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Tutorial 2: Image capture

This tutorial shows how to capture left images of the ZED camera. The program will loop until we have successfully grabbed 50 images. We assume that you have read the tutorial 1 and successfully opened your ZED.

Getting started


  • Windows 10, Ubuntu LTS
  • ZED SDK and its dependencies (CUDA)

Build the program

Download the sample and follow the instructions below: More

Build for Windows

  • Create a "build" folder in the source folder
  • Open cmake-gui and select the source and build folders
  • Generate the Visual Studio Win64 solution
  • Open the resulting solution and change configuration to Release
  • Build solution

Build for Linux

Open a terminal in the sample directory and execute the following command:

mkdir build
cd build
cmake ..

Code overview

Create a camera

As with previous tutorial, we create, configure and open the ZED. Here we show how to set a resolution and a framerate. We want to work in H1080 at 30 fps (default) in this example.

// Create a ZED camera object
Camera zed;

// Set configuration parameters
InitParameters init_params;
init_params.camera_resolution = RESOLUTION_HD1080; // Use HD1080 video mode
init_params.camera_fps = 30; // Set fps at 30

// Open the camera

Capture data

Now that the ZED is opened, we can now capture the images coming from it. We create a loop that capture 50 images and exit.

To capture an image and process it, you need to call Camera::grab() function. This function take runtime parameters as well, but we leave them to default in this tutorial. Each time you want a new image, you need to call this function. if grab() returns ERROR_CODE::SUCCESS, a new image has been capture and is now available. Otherwise, you can check the status of grab() which will tell you if there is no new frame available (depending on the framerate of the camera) or if something wrong happened.

// Grab an image
if (zed.grab() == ERROR_CODE::SUCCESS) {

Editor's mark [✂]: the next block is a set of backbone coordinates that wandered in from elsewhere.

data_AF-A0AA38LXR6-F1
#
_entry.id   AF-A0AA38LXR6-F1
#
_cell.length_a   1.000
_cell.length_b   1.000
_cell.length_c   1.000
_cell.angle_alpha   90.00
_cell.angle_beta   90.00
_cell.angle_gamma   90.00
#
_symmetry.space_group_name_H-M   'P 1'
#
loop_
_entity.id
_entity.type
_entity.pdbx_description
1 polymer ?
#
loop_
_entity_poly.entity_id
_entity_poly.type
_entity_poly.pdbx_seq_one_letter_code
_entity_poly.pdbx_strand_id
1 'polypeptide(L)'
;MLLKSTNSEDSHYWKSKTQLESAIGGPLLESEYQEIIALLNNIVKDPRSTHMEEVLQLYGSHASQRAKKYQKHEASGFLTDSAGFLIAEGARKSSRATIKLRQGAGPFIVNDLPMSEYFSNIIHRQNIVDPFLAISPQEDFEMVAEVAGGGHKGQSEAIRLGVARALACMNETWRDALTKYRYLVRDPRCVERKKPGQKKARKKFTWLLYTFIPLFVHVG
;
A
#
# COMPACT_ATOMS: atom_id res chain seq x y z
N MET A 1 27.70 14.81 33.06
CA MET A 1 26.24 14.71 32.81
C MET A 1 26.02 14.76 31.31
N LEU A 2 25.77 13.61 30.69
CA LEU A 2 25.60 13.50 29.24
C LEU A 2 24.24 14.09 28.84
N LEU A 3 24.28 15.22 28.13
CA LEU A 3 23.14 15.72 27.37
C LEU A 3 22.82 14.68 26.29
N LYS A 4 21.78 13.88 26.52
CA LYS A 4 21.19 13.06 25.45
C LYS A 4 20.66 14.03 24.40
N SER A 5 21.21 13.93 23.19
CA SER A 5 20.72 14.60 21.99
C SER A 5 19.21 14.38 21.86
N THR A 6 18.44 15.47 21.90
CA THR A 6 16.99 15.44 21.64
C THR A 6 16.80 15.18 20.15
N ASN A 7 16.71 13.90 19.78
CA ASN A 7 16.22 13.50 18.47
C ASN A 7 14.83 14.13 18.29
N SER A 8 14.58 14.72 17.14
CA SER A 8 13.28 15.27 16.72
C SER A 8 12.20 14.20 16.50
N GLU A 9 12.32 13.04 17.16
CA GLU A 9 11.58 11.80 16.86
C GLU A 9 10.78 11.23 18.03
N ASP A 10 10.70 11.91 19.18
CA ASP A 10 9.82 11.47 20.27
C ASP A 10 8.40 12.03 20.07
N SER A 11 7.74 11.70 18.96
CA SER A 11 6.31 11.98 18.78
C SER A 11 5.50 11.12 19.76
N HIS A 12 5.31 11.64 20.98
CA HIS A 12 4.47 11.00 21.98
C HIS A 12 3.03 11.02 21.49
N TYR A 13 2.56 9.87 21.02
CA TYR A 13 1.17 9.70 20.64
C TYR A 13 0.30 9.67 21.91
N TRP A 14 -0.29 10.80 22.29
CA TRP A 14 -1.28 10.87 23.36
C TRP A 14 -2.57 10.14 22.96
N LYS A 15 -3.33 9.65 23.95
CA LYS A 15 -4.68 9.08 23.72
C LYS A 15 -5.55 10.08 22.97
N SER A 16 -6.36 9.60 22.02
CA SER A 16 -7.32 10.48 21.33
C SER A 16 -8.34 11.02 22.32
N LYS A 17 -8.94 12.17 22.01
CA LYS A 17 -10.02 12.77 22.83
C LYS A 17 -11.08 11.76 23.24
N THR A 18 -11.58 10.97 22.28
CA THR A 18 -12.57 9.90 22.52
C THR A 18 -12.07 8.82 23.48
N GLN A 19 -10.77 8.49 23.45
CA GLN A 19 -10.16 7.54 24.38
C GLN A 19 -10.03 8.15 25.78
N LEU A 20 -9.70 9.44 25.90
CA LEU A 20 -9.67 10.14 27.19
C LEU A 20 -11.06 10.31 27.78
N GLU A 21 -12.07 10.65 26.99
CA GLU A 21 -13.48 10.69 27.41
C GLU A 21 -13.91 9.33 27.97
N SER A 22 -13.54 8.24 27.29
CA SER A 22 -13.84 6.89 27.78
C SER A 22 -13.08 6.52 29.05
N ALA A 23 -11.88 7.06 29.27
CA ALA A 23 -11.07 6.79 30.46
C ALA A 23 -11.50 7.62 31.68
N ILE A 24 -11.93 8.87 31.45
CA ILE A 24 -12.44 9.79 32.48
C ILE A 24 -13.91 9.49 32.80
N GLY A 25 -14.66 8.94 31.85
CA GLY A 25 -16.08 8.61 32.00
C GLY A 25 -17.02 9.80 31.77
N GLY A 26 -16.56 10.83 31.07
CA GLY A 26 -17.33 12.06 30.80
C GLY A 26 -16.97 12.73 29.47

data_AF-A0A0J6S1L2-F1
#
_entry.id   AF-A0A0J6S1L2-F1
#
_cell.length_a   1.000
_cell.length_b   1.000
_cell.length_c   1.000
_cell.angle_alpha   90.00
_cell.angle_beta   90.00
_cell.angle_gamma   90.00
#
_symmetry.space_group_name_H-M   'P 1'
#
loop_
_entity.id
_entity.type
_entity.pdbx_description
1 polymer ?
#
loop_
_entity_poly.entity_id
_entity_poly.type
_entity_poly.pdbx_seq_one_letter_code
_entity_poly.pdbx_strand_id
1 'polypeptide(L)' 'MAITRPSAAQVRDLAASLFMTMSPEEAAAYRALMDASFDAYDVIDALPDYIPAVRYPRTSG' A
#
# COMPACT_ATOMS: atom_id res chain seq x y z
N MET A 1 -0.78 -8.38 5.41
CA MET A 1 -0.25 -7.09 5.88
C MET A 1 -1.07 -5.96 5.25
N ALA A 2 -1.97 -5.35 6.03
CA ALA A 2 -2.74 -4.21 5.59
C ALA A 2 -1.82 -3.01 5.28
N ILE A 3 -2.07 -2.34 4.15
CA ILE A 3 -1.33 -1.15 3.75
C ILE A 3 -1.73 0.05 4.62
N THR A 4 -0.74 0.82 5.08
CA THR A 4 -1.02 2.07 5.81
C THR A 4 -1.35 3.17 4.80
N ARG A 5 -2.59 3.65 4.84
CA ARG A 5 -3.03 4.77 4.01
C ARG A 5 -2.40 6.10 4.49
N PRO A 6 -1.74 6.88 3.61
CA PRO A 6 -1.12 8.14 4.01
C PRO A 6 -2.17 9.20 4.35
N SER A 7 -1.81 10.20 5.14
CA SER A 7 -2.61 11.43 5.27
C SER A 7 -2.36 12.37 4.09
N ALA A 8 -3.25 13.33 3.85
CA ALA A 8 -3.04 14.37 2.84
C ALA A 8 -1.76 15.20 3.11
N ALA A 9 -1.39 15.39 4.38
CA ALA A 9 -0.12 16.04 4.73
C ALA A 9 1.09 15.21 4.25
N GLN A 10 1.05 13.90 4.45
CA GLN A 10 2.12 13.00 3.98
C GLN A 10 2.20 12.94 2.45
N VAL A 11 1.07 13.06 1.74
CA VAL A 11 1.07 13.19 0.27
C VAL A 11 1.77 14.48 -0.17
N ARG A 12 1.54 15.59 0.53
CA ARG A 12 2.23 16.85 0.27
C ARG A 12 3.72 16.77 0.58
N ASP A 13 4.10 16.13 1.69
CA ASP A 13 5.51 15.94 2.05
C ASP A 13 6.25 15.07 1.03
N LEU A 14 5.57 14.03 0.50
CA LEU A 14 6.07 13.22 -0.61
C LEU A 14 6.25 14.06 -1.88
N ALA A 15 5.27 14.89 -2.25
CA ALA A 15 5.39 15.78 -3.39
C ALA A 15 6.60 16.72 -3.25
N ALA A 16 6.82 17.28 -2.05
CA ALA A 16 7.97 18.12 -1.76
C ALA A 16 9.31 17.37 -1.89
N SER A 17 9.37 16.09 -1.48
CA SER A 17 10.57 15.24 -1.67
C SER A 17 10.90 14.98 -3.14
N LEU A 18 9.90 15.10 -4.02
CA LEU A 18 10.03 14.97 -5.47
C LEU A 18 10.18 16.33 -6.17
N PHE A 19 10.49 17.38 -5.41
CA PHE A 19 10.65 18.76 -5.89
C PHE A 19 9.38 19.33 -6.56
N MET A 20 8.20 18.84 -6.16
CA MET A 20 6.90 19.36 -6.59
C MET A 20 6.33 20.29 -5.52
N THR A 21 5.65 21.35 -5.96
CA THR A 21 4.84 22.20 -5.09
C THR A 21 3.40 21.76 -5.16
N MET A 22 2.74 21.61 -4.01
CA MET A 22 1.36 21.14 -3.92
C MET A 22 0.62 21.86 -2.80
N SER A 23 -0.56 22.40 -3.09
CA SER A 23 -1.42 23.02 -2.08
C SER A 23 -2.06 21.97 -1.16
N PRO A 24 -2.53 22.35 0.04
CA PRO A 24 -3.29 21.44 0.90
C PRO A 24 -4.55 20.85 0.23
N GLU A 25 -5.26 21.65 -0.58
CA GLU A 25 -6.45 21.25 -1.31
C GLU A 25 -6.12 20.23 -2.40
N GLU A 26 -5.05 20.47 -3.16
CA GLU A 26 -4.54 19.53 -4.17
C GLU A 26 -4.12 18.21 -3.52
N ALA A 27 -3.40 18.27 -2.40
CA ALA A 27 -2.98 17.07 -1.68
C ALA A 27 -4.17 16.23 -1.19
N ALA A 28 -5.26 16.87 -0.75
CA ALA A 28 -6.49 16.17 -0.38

// A new image is available if grab() returns ERROR_CODE::SUCCESS

Once grab has been done, you can get all the data provided with the ZED SDK. In this tutorial, we want to retrieve the left image and its timestamp. To do so, we use the Camera::retrieveImage() and Camera::getCameraTimestamp() functions.

zed.retrieveImage(image,VIEW_LEFT); // Get the left image
unsigned long long timestamp = zed.getCameraTimestamp(); // Get the timestamp of the image
printf("Image resolution: %d x %d  || Image timestamp: %llu\n", image.getWidth(), image.getHeight(), timestamp);

retrieveImage() takes a sl::Mat as parameter, as well as a VIEW mode. We first need to create the Mat before starting the loop. Note that creating a Mat does not allocate its memory, therefore the first retrieveImage() will automatically allocate its memory for us.

Since we want to stop the loop once we capture 50 images, we just increment the counter when a grab is successful.

// Capture 50 frames and stop
int i = 0;
sl::Mat image;
while (i < 50) {
    // Grab an image
    if (zed.grab() == ERROR_CODE::SUCCESS) {
        // A new image is available if grab() returns ERROR_CODE::SUCCESS
        zed.retrieveImage(image, VIEW::LEFT); // Get the left image
        auto timestamp = zed.getTimestamp(sl::TIME_REFERENCE::IMAGE); // Get the timestamp at the time the image was captured
        printf("Image resolution: %d x %d  || Image timestamp: %llu\n", image.getWidth(), image.getHeight(), timestamp);

Note: the image timestamp is given in nanoseconds. You can compare the timestamp between two grab() : it should be close to the framerate time, if you don't have frames dropped.

Now that we have captured 50 images, we can close the camera and exit the program.

// Close the camera
return 0;

And this is it!
Now you can move on to the next tutorial to learn how to get the depth from the ZED camera.

You can find the complete source code of this sample in main.cpp located in the same folder

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